And what's going past is the life of Guy Stockdale, a 62-year-old judge, who has been married forever, has two sons--Simon and Alan--and three grandchildren. For the past seven years, he's also had a mistress. Merrion Palmer is intelligent, attractive, and half Guy's age, which also makes her younger than both Simon and Alan. Her dad died when she was a toddler and she's well aware that Guy is something of a father substitute. For years the role of mistress has suited her, but, suddenly, this style of relationship isn't enough for either of them. They've both had enough of sneaking around and avoiding people, so Guy has momentously made up his mind to leave his wife, Laura, and marry Merrion.

Marrying the Mistress dives into the shock waves that buffet the Stockdale family after Guy leaves Laura. The novel addresses the question of how his sons are going to cope, the explosive opinions of his forthright daughter-in-law Carrie and what his teenage grandchildren make of it all. Can any of them avoid taking sides? Should they? And what about the abandoned wife, Laura, a woman apparently so long-sufferingly self-sacrificing she makes Mother Teresa look selfish?
06
For eight-year-old Rufus, life has become complicated. His mother and father, Josie and Tom, have divorced amicably enough, and are set to pursue their separate paths. But other people have had to become involved - like Matthew, who has just married Josie, and Elizabeth, Tom's new friend. And even worse, there are the other children - Matthew's three resentful teenagers, who have been conditioned by their own mother Nadine to hate Josie. Rufus is supposed to regard them as family now, although he doesn't see why he should. Most of the time Matthew's children live with Nadine, in a slum-like cottage in the depths of the country. Nadine is determined that they should hate their new life as much as she does. They come to their father for weekends, and make it clear how much they loathe their new stepmother. Rufus secretly prefers to be with his father in his quiet house in Bath, and realises that he does not necessarily hate the idea of a stepmother - not if she was like Elizabeth, sane and friendly and welcoming. But where other people's children are concerned, neat solutions seldom occur.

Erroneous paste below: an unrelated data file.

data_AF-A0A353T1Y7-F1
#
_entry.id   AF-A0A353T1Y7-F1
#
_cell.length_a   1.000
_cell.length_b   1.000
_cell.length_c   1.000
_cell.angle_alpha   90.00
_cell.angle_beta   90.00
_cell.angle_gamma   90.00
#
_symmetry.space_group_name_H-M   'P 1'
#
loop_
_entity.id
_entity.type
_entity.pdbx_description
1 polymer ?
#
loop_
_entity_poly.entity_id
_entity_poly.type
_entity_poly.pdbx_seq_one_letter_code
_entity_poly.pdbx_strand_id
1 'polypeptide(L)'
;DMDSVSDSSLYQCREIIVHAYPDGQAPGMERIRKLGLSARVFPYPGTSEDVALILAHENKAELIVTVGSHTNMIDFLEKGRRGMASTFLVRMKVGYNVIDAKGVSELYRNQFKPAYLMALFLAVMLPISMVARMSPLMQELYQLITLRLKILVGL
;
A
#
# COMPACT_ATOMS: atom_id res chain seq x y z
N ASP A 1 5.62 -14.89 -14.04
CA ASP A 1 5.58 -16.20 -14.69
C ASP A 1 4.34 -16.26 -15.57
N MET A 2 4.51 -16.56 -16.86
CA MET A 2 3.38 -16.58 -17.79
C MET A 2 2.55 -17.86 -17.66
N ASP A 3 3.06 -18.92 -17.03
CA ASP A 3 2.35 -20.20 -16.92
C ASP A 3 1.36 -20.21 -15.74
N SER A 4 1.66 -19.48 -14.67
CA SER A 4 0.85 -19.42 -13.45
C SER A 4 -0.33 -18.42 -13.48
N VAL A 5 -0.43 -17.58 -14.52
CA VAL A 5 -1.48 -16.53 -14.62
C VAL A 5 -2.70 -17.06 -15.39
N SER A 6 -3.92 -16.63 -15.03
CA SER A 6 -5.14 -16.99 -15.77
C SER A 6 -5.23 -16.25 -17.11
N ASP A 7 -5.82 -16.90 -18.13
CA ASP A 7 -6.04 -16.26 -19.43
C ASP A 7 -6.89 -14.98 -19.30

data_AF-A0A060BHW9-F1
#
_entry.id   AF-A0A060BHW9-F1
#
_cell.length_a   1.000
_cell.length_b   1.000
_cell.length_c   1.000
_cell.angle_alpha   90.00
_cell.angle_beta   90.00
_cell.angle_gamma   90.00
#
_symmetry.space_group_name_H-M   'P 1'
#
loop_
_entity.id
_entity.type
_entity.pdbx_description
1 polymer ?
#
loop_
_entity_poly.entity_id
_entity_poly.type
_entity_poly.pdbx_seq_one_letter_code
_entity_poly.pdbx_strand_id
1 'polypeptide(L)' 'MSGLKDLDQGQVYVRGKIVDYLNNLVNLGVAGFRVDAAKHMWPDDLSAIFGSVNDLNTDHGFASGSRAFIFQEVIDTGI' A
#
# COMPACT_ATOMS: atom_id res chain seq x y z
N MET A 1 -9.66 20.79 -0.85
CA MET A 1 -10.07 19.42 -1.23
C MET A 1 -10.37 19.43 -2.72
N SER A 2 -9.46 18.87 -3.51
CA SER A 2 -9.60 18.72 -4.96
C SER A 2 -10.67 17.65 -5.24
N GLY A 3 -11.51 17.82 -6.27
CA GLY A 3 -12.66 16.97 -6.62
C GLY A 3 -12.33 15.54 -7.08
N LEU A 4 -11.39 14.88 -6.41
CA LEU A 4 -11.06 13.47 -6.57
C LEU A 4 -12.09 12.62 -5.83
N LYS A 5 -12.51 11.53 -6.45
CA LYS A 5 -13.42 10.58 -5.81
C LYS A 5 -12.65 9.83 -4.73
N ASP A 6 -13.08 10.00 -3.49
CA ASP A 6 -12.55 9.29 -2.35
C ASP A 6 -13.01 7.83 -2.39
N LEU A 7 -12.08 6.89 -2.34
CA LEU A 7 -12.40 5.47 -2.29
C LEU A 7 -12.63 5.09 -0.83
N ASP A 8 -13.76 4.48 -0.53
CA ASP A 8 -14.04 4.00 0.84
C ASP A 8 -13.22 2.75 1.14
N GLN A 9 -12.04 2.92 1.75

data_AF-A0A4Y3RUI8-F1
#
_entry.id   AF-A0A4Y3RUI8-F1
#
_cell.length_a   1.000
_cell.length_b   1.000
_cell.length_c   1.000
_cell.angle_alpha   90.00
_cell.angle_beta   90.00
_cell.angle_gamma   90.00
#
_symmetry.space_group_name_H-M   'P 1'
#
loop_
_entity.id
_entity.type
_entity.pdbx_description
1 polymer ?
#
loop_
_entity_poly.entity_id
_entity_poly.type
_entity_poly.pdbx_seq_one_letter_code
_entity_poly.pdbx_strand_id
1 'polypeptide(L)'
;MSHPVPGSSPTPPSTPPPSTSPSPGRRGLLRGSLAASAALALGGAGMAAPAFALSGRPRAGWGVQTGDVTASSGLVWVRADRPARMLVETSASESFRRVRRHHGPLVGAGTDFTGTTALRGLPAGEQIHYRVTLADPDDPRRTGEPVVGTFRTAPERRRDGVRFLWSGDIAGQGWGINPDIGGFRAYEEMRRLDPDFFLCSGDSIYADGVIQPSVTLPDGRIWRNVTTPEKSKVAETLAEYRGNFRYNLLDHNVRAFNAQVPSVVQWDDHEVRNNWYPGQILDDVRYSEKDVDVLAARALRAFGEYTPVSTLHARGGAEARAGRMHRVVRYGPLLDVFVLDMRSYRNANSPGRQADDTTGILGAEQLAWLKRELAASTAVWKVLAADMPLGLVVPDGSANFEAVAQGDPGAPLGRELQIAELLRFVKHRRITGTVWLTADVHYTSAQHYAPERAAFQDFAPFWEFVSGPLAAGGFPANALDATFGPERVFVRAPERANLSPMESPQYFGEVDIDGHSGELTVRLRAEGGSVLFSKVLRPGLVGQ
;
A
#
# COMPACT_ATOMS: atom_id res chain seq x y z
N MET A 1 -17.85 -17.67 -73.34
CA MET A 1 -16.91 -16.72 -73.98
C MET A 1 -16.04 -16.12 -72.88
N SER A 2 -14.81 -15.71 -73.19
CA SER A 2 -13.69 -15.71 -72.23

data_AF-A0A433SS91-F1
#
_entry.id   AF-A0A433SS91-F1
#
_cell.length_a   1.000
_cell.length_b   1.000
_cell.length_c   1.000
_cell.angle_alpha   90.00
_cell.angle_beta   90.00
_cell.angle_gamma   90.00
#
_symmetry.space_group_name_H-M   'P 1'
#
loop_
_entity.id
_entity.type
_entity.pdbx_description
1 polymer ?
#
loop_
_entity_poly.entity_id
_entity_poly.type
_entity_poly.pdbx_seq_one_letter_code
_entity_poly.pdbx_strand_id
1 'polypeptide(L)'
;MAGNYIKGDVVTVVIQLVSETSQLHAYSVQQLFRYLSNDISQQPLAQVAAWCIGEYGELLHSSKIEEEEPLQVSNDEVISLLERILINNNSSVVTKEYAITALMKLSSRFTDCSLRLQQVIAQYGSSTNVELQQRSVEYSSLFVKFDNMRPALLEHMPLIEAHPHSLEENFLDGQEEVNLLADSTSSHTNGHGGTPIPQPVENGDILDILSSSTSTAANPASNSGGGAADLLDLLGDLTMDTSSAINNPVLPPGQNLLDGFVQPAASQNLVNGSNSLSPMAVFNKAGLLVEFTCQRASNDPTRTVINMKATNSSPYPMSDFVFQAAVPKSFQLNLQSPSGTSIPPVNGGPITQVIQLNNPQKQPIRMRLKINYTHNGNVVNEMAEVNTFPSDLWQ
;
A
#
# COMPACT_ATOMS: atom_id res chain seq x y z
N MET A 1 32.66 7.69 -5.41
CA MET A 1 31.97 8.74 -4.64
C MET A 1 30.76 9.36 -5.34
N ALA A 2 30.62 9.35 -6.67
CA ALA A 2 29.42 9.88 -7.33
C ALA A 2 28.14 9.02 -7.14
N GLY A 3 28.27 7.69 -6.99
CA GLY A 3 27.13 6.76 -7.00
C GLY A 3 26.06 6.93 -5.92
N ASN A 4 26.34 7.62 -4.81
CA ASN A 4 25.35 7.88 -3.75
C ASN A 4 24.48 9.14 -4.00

07
In the rustic town of Aldminster, a crisis looms. Funds are short and the cathedral is in need of major repair. Some hope to finance the work by abolishing the costly boy's choir-while others are aghast at the idea. Drawn into the fray is Sally Ashworth, the lonely mother of a ten-year-old chorister. She is anchored only by her unexpected love for the brilliant choirmaster-and by her young son, whose melodic voice may be the only thing that can unite a divided community.

"Compelling." (Boston Globe)

"Sacred music...and delicious deadpan understatement create a uniquely rich soundtrack on the pages of this beautifully crafted tale." (Publishers Weekly, starred review)
08
Alice Jordan looks forward to moving into The Grey House, an 18th-century residence in a village full of friendly eccentrics. But the change of scenery leads to even greater changes, as she forms a sudden, fierce friendship with an independent young woman named Clodagh-a friendship that will take her husband, the villagers, and Alice herself by complete surprise.
09
Now that her third and last child has left the nest, Edie Boyd's life turns suddenly and uncomfortably silent. She begins to yearn for the maternal intimacy that now seems lost to her forever. Be careful what you wish for…Before long, a mother-and-child reunion is in full swing: life away from the nest has proven to be unexpectedly daunting to the children, who one-by-one return home, bringing their troubles.

With an unannounced new phase of parenthood suddenly stretching ahead of her, Edie finds her home more crowded than ever. In this touching, artful novel, Joanna Trollope has created a family drama for the ages, a moving story of work, love and eternal parenthood.
10
She glanced at her phone again. There were appeals from the girls, from her colleagues, a text from Steve reading with uncharacteristic imperiousness, 'Call me.' She couldn't. She couldn't call anyone . . . She leaned forward, gripping the edge of the bench, and stared at the ground. God, she thought, am I losing my mind? Is this what happens when you lose your job?

The day Stacey Grant loses her job feels like the last day of her life. Or at least, the only life she'd ever known. For who was she if not a City high-flyer, Senior Partner at one of the top private equity firms in London? As Stacey starts to reconcile her old life with the new—one without professional achievements or meetings, but instead, long days at home with her dog and ailing mother, waiting for her successful husband to come home—she at least has The Girls to fall back on. Beth, Melissa and Gaby. The girls, now women, had been best friends from the early days of university right through their working lives, and through all the happiness and heartbreaks in between. But these career women all have personal problems of their own, and when Stacey's redundancy forces a betrayal to emerge that was supposed to remain secret, their long cherished friendships will be pushed to their limits.